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Palestine: fighting against a resigned future - Journey to Nablus - Danny Whatmough Palestine: fighting against a resigned future
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3rd January, 2013

It is now more than a month since I returned from Palestine. And I’ve been meaning to write a final post, but it has proved difficult.

How do you sum up such an experience?

In the first post I wrote when I arrived, I talked about the vivid contrasts that exist everywhere. For a visitor, making contrasts is an obvious and easy thing to do. It helps to give a clear sense of the uniqueness of this place.

Contrasts are easy to find too now I’m back. Today, I went for a run. I could move freely. There were no soldiers, no checkpoints and no hostile settlers.

For me, this freedom is a basic human right. Something we should all be able to count on.

Whatever your political, religious or ideological viewpoint, I challenge anyone to visit Palestine, experience this lack of freedom, and fail to feel immense solidarity with the Palestinian people.

There is no doubt that life for ordinary Palestinians is better than it was a few years ago during the Second Intifada. Better, but still not good enough.

What sort of a life is this?

When eight year olds have to walk past checkpoints and soldiers on the way to school? When farmers have their crops destroyed and their sheep poisoned? When a mother is locked in an Israeli jail for three days because she is distraught at her son’s wrongful arrest? When your house is a concrete prison? When you’ve been forced to live in a refugee camp for over half a century? When your town is surrounded by 30-foot walls? When you don’t have a passport and aren’t allowed to visit your family, 30 kilometres away?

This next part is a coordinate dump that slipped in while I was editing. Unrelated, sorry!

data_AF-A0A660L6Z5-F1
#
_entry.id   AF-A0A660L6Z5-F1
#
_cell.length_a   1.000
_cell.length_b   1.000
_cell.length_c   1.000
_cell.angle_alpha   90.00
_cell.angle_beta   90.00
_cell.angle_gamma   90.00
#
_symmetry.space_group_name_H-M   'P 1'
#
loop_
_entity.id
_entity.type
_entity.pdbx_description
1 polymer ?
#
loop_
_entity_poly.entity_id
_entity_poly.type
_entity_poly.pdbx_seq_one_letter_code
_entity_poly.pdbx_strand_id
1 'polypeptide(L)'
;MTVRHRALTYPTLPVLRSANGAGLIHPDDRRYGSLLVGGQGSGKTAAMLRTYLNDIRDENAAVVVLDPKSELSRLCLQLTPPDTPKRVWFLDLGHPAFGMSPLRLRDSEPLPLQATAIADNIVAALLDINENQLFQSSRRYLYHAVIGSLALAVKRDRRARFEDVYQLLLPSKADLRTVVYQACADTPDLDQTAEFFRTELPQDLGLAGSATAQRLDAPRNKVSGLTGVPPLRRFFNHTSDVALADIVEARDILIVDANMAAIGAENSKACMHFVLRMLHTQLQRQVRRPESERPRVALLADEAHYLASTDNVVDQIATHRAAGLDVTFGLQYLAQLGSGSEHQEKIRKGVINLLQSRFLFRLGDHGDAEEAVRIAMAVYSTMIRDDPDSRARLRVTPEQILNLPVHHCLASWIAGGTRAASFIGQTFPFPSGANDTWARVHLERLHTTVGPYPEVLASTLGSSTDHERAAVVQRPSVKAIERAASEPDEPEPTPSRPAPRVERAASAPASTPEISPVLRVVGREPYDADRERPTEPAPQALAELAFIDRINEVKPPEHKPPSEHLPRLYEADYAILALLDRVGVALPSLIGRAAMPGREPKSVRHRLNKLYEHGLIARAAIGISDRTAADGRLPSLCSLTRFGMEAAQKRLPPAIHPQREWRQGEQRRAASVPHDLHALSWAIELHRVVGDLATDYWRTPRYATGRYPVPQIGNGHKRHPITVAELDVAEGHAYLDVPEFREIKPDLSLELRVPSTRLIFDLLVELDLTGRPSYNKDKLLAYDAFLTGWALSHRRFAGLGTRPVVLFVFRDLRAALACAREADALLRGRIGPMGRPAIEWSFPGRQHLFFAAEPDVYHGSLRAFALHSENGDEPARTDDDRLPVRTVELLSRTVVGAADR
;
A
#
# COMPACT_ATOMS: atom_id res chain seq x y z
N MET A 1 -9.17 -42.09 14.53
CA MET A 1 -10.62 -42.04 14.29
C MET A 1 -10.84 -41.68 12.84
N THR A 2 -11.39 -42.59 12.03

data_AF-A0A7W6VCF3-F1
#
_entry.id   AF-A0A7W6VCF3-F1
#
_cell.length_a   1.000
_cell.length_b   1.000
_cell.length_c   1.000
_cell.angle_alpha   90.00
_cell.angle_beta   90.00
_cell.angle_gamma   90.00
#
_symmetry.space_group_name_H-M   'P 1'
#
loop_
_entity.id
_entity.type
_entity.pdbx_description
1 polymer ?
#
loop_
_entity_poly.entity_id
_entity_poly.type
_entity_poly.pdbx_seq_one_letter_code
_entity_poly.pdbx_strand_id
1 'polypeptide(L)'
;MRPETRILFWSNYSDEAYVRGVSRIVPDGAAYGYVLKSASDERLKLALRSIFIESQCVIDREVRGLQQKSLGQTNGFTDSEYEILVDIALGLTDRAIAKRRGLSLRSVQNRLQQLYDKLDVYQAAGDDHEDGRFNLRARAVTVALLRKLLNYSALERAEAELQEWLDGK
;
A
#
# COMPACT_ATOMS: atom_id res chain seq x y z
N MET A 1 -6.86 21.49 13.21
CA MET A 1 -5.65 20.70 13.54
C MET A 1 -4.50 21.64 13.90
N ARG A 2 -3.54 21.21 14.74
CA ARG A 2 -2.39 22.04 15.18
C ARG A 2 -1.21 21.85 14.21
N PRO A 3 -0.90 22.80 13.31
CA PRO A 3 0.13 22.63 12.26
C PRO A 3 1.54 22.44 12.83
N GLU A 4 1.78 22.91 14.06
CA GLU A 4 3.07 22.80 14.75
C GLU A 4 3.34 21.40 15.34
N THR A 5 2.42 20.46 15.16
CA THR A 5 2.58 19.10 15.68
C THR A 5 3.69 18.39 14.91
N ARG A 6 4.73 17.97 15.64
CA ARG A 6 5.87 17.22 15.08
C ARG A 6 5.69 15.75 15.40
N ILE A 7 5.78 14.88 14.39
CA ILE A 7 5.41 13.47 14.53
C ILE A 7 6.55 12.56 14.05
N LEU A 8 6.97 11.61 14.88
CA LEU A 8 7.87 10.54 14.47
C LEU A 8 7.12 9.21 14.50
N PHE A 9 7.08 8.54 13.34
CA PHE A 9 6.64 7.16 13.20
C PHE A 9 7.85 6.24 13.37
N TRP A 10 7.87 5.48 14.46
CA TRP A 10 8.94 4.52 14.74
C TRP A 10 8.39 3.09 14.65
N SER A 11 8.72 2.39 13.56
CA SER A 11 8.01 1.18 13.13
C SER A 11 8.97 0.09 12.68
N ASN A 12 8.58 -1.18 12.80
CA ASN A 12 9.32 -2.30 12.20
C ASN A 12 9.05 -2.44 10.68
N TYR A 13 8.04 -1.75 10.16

What sort of a life is this?

Yes, the violence goes both ways. Yes, there have been terrorist attacks and atrocities committed in the name of the Palestinian cause. But what do you expect when people are demeaned, restricted and treated as second class citizens?

This is the price of occupation.

How do you sum up such an experience?

Desperation is one way. It was my overriding emotion towards the end of my stay and, increasingly since I have returned.

Desperation that there is no obvious solution. Desperation as to whether anything any of us do can make a difference. Desperation that my friends in Palestine are forced to live their lives in this way. Desperation that western countries and western media are seemingly happy to stand shoulder to shoulder with Israelis and spew out their propaganda.

And yet, when I think about the people I met, the overriding emotion I began to sense from them was different.

It was an uncomfortable and reluctant feeling of resignation. A feeling of being resigned to this life, to this fate. They’ve tried everything: violence, peaceful protest, democracy. Nothing has worked. What options are left?

Resignation is a horrible conclusion to this, very real, story.

Why have I found this final blog post so hard to write? In the last few weeks, since returning, my own feelings of desperation have switched to resignation too. And that is scary.

Resignation is a powerful and very personal feeling. And it extends beyond Palestine. How many of us end up resigned to our fate? To our day-to-day lives? It’s a hard emotion to change or alter. It takes bravery, determination and blind faith in there being something else. Something better.

Whether we choose to or not, we have the power to change. The power to alter our routine. In many ways, Palestinians don’t have that same power. They don’t have that same freedom.

But, despite this, I continue to be inspired by the bravery and determination of the Palestinians I met who are trying to buck the trend and aren’t prepared to resign themselves to their current existence.

People like Sundos, AdnanRashid and Bishara. There are many more. I will never forget this experience.

So it is important to maintain a sense of positivity even if the situation feels desperate. It is important to remember the good work that is being done and see that as the best form of protest against the occupation.

It’s a way to fight against resignation.

It’s a way, I believe, to free Palestine.


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